Should You Buy US Airways Miles With The Merger On Hold?

by on August 15, 2013 · 16 comments

in US Airways

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The short answer is:

YES, if you are planning to use them for a US Airways/Star Alliance award, but NO if you are banking on them being combined with your American miles anytime soon.

Back in July, US Airways launched a targeted 100% buy miles bonus and then opened it up to everyone for the month of August. The promo is still live and running until August 31, 2013, but now that the Department of Justice has announced a lawsuit that has thrown the US Airways/American Airlines merger into doubt, many readers have been asking whether buying miles – even at half price – is worth it. Note: to get the bonus your Dividend Miles account needs to be open for at least 12 days, so if you don’t have one sign-up now for free.

US Airways buy miles bonusAs a reminder, you can buy up to 50,000 miles for a total of 100,000 with the bonus. Miles usually cost 3.5 cents each plus a 7.5% tax and a $30 per-transaction processing fee, so with this promo, you could get miles for as low as 1.88 cents each if you bought the maximum. For 90,000 miles you can get a roundtrip business class trip to North Asia, and for 110,000 miles you can get a roundtrip business class ticket to South Africa, which is what I recently did or the South Pacific including Australia and New Zealand. Spending under $2,000 for an $8,000+ flight is a pretty great deal. Economy redemptions are generally not as good an idea, but US Airways does have some flexible routing options which might make it worth it for you.

With the DOJ bringing suit, this merger might be further off than originally thought.

A delay or halt of the merger could changes things in the future for US Airways and American frequent flyers.

While this new merger news hasn’t changed any of that right this very moment, it could mean a few things for those looking ahead.

First, US Airways announced it would be leaving Star Alliance by the end of the year, so buying the miles now for a redemption beyond that time frame on a Star Alliance carrier, or in one of the award chart “sweet spots” I mentioned above would be a viable and smart strategy. Keep in mind that you can also buy US Airways miles for cheap using the Mileage Multiplier.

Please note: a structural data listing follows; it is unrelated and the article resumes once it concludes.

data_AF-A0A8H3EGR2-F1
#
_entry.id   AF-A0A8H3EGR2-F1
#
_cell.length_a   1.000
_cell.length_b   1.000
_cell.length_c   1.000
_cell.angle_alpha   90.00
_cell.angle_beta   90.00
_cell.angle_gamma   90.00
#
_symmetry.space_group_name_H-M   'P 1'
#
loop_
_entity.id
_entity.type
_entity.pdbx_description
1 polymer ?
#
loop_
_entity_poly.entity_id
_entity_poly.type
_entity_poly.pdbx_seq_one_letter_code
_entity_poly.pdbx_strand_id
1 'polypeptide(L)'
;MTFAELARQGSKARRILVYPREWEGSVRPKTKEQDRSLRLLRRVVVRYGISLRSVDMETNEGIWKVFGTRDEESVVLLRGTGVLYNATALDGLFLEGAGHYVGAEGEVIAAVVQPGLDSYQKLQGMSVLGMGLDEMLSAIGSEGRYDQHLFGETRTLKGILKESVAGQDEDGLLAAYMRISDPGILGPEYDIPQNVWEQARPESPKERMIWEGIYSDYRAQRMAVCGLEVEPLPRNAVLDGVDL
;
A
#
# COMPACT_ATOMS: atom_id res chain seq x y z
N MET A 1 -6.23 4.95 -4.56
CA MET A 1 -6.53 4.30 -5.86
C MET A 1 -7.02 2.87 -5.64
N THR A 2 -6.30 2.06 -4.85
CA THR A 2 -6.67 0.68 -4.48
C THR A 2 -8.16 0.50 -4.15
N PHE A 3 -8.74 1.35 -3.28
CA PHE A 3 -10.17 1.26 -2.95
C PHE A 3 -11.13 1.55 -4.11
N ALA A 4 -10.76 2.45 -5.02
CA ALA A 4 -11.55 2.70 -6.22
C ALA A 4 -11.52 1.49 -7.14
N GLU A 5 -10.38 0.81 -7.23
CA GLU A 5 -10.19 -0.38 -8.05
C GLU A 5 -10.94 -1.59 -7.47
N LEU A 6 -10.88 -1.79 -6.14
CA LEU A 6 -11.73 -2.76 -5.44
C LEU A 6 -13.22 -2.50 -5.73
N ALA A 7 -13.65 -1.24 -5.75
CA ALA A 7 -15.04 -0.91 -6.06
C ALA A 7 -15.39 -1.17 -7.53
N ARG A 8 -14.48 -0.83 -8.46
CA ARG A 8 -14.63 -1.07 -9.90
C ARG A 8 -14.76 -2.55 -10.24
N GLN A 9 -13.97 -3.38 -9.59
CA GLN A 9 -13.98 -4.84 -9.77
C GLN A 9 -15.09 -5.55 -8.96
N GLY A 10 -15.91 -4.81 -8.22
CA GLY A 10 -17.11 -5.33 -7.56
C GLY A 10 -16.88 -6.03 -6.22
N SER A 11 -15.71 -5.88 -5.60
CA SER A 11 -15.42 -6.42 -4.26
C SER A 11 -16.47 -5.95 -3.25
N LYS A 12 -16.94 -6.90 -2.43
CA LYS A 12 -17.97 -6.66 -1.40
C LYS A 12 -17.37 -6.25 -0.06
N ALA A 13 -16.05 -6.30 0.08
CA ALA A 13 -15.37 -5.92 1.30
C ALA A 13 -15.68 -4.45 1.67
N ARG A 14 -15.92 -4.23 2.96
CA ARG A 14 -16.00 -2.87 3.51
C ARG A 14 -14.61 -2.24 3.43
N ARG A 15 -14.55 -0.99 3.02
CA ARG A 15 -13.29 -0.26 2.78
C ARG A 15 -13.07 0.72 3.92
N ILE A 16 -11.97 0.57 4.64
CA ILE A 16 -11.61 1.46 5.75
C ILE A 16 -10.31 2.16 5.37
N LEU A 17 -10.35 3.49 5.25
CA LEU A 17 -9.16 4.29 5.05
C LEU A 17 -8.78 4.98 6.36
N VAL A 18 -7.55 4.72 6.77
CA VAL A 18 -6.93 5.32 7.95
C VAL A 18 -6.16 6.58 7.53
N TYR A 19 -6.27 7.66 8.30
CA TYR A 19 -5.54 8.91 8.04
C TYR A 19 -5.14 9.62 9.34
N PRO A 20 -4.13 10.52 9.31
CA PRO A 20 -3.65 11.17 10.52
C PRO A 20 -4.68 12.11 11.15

I know a lot of people were interested in buying miles specifically in case the merger proceeded according to plan on the assumption that these miles would be merged into their AAdvantage accounts – a potentially good strategy until this DOJ announcement and possible derailment of the merger because American rarely sells points for under 2 cents each, and their buy miles promotions are usually incremental, meaning you have to buy a lot of miles to earn the full bonus.

The American US Airways news is only the latest in a string of high-profile airline mergers.

If the merger proceeds, you should be able to switch miles between programs.

If the merger proceeds, you should also be able to switch miles in between programs until they are finally merged or even later since it will take a while before both frequent flyer programs are brought under one roof – so that you might have been able to take advantage of some of American’s award routing rules including a domestic stopover at a gateway city and the fact that you can use AAdvantage miles to book one-way awards.

However, now that circumstances have changed and the merger timing has been thrown into doubt, I wouldn’t bank my buy miles strategy on any sort of American angle for the time being.

The takeaway as I see it is that you should only buy miles if  you are going to use these for an imminent US Airways award either on the airline itself or on its Star Alliance partners while the airline remains in the alliance. The same holds true of buying up to US Airways’ Chairman Preferred top-tier elite level in the hopes that you’ll be made an AA Executive Platinum after the merger. Nothing about that arrangement is for sure, and now that the merger is presumably going to be delayed (a little, if not indefinitely), there’s no telling whether you’d ever get a status match with American.

US Airways World Mastercard

Don’t apply for the US Airways World Mastercard just yet if you are doing it for the 35,000 sign-up bonus.

I would also hold off on applying for the US Airways World Mastercard speculatively for now if you were just going to do so for the current sign-up bonus of 35,000 miles after your first purchase with the annual fee waived the first year. While you can still put those miles to use, and the card comes with various other perks including 5,000-mile award redemption discounts, unless you have a specific plan of what you’re going to do with those miles in the short term, you might as well get in on better credit card offers out there like the current Starwood Preferred Guest Amex personal and business cards, which are offering 30,000 points when you spend $5,000 in 6 months as their sign-up bonus until September 3, and which you can then transfer to US Airways (among 30 other airline partners) with a 5,000-mile bonus when you transfer in increments of 20,000 miles.